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Scientists create AI that can crush the world's best AI

AIPeople have now accepted that they will never be as good at chess as they are robot, but now even the robots have to accept that they will never be as good as other robots!

A new artificial intelligence platform, known as AlphaZero, can learn to play Go, Chess and Shogi games without any human intervention. Using deep neural networks, AlphaZero quickly learned how to play each game "to be the best player in history".

AlphaZero was unveiled by DeepMind Technologies in a survey published in Science on 6 November. DeepMind, a British subsidiary of Alphabet, the parent company of Google, has been working with Go AI for many years. 2017, DeepMind withdrew the former AlphaGo champion, but continued to deal with AI. With AlphaZero, DeepMind's research has reached its zenith.

The program faced the best AI in the world in three board games:

  • Stockfish, world chess champion AI
  • elmo, winner of the 27 annual World Computer Shogi Championship 2017
  • AlphaGo Zero, DeepMind's Go AI, the strongest Go player in history

In any case, AlphaZero only got the knowledge about the basic rules of the game. Before confronting the rest of the AI, he played millions of games against himself, starting from random tactics and trying to win, but slowly learned which strategies work best through a trial and error process called reinforcement learning.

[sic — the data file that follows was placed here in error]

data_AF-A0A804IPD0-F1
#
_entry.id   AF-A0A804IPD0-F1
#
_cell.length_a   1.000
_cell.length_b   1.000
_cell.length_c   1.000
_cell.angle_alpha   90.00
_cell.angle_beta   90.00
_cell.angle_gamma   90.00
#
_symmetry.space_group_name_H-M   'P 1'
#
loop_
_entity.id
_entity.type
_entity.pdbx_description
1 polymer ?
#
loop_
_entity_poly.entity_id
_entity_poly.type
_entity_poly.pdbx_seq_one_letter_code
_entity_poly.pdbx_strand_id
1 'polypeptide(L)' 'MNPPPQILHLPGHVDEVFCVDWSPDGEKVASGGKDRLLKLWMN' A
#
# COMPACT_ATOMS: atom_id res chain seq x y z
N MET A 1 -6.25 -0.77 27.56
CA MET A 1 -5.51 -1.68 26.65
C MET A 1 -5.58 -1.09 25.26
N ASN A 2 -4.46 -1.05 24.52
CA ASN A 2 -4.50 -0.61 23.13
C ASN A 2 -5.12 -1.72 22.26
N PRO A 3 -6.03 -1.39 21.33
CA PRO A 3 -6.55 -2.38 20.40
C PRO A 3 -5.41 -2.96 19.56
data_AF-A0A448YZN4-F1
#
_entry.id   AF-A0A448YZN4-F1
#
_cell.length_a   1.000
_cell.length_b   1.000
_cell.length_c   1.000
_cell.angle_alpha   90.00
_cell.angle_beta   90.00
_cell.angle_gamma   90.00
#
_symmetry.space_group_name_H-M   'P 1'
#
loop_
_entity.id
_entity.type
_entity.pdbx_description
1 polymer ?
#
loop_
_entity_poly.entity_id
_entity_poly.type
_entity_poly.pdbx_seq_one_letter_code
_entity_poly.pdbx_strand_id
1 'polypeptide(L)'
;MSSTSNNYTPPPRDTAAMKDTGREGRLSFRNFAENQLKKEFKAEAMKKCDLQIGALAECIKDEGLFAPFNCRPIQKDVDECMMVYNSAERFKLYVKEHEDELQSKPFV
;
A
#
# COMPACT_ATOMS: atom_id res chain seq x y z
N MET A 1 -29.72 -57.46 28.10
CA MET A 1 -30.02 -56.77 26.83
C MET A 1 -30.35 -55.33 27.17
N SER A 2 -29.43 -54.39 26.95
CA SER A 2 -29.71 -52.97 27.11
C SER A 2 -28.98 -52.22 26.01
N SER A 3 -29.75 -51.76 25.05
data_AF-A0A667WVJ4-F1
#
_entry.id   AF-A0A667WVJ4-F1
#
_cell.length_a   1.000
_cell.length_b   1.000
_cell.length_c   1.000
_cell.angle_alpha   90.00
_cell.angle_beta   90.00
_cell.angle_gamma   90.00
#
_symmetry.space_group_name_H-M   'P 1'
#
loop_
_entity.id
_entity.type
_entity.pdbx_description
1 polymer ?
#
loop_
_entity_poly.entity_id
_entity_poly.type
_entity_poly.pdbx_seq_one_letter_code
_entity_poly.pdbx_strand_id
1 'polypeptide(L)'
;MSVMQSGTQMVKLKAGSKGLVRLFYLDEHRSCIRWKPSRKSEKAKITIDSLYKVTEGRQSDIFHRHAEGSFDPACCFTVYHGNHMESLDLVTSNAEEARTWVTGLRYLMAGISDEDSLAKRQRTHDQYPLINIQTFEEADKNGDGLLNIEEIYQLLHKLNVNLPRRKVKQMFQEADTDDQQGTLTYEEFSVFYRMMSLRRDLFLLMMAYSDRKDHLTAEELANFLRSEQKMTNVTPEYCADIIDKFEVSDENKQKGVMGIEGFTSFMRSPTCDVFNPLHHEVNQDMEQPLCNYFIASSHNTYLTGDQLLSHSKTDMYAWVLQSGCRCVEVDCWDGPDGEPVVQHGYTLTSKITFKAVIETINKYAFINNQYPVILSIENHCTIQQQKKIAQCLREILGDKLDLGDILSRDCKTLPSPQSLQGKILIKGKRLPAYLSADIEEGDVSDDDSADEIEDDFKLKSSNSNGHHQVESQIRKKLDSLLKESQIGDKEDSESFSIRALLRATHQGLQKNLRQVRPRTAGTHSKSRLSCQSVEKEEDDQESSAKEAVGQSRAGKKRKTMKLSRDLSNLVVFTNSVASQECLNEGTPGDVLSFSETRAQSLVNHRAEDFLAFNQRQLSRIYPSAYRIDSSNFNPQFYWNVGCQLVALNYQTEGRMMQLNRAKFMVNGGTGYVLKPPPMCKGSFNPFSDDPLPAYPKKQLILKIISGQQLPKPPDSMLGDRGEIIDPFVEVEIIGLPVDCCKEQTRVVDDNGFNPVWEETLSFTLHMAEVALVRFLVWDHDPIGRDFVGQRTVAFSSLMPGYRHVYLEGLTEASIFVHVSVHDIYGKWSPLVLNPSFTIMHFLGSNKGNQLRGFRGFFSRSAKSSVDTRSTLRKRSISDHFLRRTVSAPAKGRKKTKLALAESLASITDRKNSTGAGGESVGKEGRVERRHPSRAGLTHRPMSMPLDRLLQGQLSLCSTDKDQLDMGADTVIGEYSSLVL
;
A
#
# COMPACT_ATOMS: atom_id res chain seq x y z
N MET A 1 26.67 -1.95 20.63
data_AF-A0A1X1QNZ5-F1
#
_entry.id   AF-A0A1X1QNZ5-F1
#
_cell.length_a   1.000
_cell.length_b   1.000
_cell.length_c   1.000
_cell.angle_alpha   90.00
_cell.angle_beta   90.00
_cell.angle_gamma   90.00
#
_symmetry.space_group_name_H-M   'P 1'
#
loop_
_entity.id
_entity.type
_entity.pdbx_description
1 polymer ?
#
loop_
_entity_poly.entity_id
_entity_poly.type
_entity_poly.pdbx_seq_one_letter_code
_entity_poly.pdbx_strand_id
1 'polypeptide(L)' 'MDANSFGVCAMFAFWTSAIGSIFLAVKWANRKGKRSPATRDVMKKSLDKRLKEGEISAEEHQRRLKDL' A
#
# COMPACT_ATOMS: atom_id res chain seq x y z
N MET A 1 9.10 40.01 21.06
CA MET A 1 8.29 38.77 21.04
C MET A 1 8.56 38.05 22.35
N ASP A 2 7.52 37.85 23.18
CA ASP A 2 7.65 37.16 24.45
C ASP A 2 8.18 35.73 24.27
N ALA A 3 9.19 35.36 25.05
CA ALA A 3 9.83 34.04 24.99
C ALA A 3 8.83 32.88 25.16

The training and learning process took nine hours for chess, 12 hours for shogi and 13 days for Go using 5.000 TPUs (Tensor Processing Units). Only one TPU can process over 100 million photos per day on Google Photos. As soon as the learning process was completed, AlphaZero competed with the rest. And he crushed them!

What is unique in the study is the fact that algorithm learning was combined with a "search method" called Monte Carlo tree search (MCTS). This is how the Go AI programs determine which traffic should be done thereafter. The DeepMind team used the same chess and shogi system, showing for the first time that it could adapt to other composite games as well.

Perhaps more interesting for the chess players is the fact that AlphaZero, without having human hands, can and does its knowledge, applies strategic and innovative ideas that have never before seen. The aggressive style and extremely dynamic game surprised Chess grandmaster, Matthew Sadler, who spoke about this at DeepMind blog.

These unique strategies and capabilities make AlphaZero a great teaching tool for chess players.

The dominance of artificial intelligence on humans is quite common in the world of games, with robots winning in board games, complex video games like Dota 2 and of course Go.

Does that mean that AI is ready to literally beat us in every competing game ever invented? Fortunately no. Although the three games DeepMind is extremely sophisticated, they provide some advantages for AI as they include two players and all the information necessary for the next move is always visible.

So while they are definitely taking on the role of champion in games like chess, the robots will probably never beat us in Texas Hold 'Em.

Do you have an opinion? Leave your comment.

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